Lance Henriksen appeared in the following 67 episode/s of Millennium:
MLM#-100 Pilot as Frank Black
MLM#-101 Gehenna as Frank Black
MLM#-102 Dead Letters as Frank Black
MLM#-103 Kingdom Come as Frank Black
MLM#-104 The Judge as Frank Black
MLM#-105 522666 as Frank Black
MLM#-106 Blood Relatives as Frank Black
MLM#-107 The Well-Worn Lock as Frank Black
MLM#-108 Wide Open as Frank Black
MLM#-109 Weeds as Frank Black
MLM#-110 The Wild and the Innocent as Frank Black
MLM#-111 Loin Like a Hunting Flame as Frank Black
MLM#-112 Force Majeure as Frank Black
MLM#-113 The Thin White Line as Frank Black
MLM#-114 Sacrament as Frank Black
MLM#-115 Walkabout as Frank Black
MLM#-116 Covenant as Frank Black
MLM#-117 Lamentation as Frank Black
MLM#-118 Powers, Principalities, Thrones and Dominions as Frank Black
MLM#-119 Broken World as Frank Black
MLM#-120 Maranatha as Frank Black
MLM#-121 Paper Dove as Frank Black
MLM#-201 The Beginning and the End as Frank Black
MLM#-202 Beware of the Dog as Frank Black
MLM#-203 Sense and Antisense as Frank Black
MLM#-204 Monster as Frank Black
MLM#-205 A Single Blade of Grass as Frank Black
MLM#-206 19:19 as Frank Black
MLM#-207 The Curse of Frank Black as Frank Black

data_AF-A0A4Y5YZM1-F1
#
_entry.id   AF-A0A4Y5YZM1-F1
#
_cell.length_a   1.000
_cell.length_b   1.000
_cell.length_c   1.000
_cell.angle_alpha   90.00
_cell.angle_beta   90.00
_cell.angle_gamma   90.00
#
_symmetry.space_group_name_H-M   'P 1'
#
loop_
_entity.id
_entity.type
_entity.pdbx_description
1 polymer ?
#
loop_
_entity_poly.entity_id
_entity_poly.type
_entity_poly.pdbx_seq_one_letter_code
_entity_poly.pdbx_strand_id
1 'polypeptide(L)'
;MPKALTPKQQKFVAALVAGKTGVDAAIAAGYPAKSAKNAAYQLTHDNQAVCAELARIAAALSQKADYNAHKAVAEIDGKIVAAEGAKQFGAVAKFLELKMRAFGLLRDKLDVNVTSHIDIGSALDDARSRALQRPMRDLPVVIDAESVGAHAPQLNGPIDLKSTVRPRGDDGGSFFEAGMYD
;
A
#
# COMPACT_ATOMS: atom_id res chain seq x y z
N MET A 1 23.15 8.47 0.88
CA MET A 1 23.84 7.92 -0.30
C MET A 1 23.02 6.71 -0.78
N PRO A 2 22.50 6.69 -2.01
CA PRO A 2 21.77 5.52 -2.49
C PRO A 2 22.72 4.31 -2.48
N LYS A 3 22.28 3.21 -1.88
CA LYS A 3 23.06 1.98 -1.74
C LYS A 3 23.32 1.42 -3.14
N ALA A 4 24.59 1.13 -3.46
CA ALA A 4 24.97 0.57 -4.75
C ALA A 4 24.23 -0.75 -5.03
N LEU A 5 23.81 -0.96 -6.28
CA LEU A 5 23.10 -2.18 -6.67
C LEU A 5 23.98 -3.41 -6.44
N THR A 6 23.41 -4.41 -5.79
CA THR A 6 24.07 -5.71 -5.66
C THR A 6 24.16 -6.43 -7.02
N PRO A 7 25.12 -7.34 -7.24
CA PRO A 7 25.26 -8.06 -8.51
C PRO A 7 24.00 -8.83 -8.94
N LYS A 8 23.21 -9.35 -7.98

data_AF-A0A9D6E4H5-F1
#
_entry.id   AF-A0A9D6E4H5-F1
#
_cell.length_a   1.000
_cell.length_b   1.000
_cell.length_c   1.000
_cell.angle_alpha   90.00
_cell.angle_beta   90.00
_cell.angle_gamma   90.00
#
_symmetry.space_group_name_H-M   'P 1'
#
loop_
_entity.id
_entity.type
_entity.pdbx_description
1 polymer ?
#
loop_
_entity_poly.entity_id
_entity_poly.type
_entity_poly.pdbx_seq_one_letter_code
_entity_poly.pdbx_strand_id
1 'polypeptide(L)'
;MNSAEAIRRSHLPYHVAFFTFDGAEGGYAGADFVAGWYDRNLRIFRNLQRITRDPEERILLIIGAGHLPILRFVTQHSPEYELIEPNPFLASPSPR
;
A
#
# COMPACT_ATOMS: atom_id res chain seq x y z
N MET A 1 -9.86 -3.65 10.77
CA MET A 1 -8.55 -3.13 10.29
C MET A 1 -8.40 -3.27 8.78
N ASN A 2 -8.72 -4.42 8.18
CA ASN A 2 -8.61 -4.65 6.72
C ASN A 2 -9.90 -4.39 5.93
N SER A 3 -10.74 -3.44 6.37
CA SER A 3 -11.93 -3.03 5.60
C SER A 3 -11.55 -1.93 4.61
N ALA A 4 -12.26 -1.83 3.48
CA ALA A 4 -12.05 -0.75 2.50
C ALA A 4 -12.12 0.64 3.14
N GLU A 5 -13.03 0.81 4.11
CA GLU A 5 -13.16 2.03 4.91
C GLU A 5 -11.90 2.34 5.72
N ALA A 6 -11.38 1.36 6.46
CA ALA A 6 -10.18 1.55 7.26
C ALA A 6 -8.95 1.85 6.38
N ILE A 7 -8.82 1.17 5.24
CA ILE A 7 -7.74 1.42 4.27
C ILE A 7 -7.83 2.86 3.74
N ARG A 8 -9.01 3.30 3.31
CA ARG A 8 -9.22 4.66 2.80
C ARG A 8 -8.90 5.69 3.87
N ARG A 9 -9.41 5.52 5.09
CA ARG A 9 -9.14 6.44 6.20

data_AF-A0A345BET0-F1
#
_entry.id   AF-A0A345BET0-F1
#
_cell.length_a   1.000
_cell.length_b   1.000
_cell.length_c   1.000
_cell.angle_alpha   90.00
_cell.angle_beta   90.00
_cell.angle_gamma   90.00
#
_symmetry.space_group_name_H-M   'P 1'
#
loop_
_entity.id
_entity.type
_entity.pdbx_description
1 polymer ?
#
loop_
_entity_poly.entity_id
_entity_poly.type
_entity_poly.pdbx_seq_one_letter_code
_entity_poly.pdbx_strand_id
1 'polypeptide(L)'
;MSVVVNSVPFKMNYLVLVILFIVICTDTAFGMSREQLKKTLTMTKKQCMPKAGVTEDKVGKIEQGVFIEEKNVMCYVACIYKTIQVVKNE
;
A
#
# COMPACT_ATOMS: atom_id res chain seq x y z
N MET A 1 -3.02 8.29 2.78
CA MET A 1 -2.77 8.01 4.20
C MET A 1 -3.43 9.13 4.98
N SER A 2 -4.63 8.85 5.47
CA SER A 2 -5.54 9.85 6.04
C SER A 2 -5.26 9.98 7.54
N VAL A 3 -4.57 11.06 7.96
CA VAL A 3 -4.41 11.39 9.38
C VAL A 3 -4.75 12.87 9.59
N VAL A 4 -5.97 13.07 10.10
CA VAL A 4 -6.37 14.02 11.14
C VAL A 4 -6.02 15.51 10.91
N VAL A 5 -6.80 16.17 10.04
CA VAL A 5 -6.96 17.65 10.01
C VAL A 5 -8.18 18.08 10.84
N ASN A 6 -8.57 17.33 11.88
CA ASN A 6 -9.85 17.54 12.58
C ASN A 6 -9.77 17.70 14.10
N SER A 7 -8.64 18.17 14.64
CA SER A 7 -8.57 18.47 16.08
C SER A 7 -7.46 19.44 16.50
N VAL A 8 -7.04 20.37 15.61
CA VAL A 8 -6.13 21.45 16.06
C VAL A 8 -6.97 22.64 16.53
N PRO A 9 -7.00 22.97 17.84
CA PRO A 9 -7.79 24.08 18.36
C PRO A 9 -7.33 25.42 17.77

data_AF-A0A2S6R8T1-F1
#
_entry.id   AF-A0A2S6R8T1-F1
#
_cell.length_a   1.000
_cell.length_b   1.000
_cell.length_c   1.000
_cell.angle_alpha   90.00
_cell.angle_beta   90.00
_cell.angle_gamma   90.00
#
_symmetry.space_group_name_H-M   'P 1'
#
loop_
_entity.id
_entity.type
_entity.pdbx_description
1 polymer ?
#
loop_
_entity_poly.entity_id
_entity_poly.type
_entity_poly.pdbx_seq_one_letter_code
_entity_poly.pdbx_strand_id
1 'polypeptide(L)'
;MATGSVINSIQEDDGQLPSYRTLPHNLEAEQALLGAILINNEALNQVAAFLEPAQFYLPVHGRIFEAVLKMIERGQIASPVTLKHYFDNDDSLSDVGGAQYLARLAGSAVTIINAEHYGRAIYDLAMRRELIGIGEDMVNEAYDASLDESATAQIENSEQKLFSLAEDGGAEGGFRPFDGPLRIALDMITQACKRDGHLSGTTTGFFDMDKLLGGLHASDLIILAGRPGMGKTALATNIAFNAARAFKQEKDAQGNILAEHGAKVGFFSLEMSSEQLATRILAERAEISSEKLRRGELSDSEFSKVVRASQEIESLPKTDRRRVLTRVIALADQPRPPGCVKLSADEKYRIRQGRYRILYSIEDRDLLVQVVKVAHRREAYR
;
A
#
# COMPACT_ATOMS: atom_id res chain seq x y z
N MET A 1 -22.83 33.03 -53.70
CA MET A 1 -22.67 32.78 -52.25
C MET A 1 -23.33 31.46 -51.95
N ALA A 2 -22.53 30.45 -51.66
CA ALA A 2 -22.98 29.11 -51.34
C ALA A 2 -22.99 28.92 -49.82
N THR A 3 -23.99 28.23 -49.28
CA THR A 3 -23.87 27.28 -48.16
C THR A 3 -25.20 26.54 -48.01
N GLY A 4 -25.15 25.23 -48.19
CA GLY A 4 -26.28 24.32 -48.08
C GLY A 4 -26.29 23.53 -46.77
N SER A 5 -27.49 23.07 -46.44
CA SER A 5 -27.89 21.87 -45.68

MLM#-208 The Hand of Saint Sebastian as Frank Black
MLM#-209 Jose Chung's 'Doomsday Defense' as Frank Black
MLM#-210 Goodbye Charlie as Frank Black
MLM#-211 Midnight of the Century as Frank Black
MLM#-212 Luminary as Frank Black
MLM#-213 The Mikado as Frank Black
MLM#-214 Owls as Frank Black
MLM#-215 The Pest House as Frank Black
MLM#-216 Roosters as Frank Black
MLM#-217 Siren as Frank Black
MLM#-218 In Arcadia Ego as Frank Black
MLM#-220 A Room With No View as Frank Black
MLM#-221 Somehow, Satan Got Behind Me as Frank Black
MLM#-222 The Fourth Horseman as Frank Black
MLM#-223 The Time Is Now as Frank Black
MLM#-301 The Innocents as Frank Black
MLM#-302 Exegesis as Frank Black
MLM#-303 TEOTWAWKI as Frank Black
MLM#-304 Closure as Frank Black
MLM#-305 ...Thirteen Years Later as Frank Black
MLM#-306 Skull and Bones as Frank Black
MLM#-307 Through A Glass, Darkly as Frank Black
MLM#-308 Omerta as Frank Black
MLM#-309 Human Essence as Frank Black
MLM#-310 Borrowed Time as Frank Black
MLM#-311 Collateral Damage as Frank Black
MLM#-312 The Sound of Snow as Frank Black
MLM#-313 Antipas as Frank Black
MLM#-314 Matryoshka as Frank Black
MLM#-315 Forcing the End as Frank Black
MLM#-316 Saturn Dreaming of Mercury as Frank Black
MLM#-318 Darwin's Eye as Frank Black
MLM#-317 Bardo Thodol as Frank Black
MLM#-319 Seven and One as Frank Black
MLM#-320 Nostalgia as Frank Black
MLM#-321 Via Dolorosa as Frank Black
MLM#-322 Goodbye To All That as Frank Black
MLM#-209 Jose Chung's 'Doomsday Defense' as Rocket McGrain
Other Ten-Thirteen shows:
7.04 "Millennium" - Frank Black
1.01 Pilot episode - General (uncredited)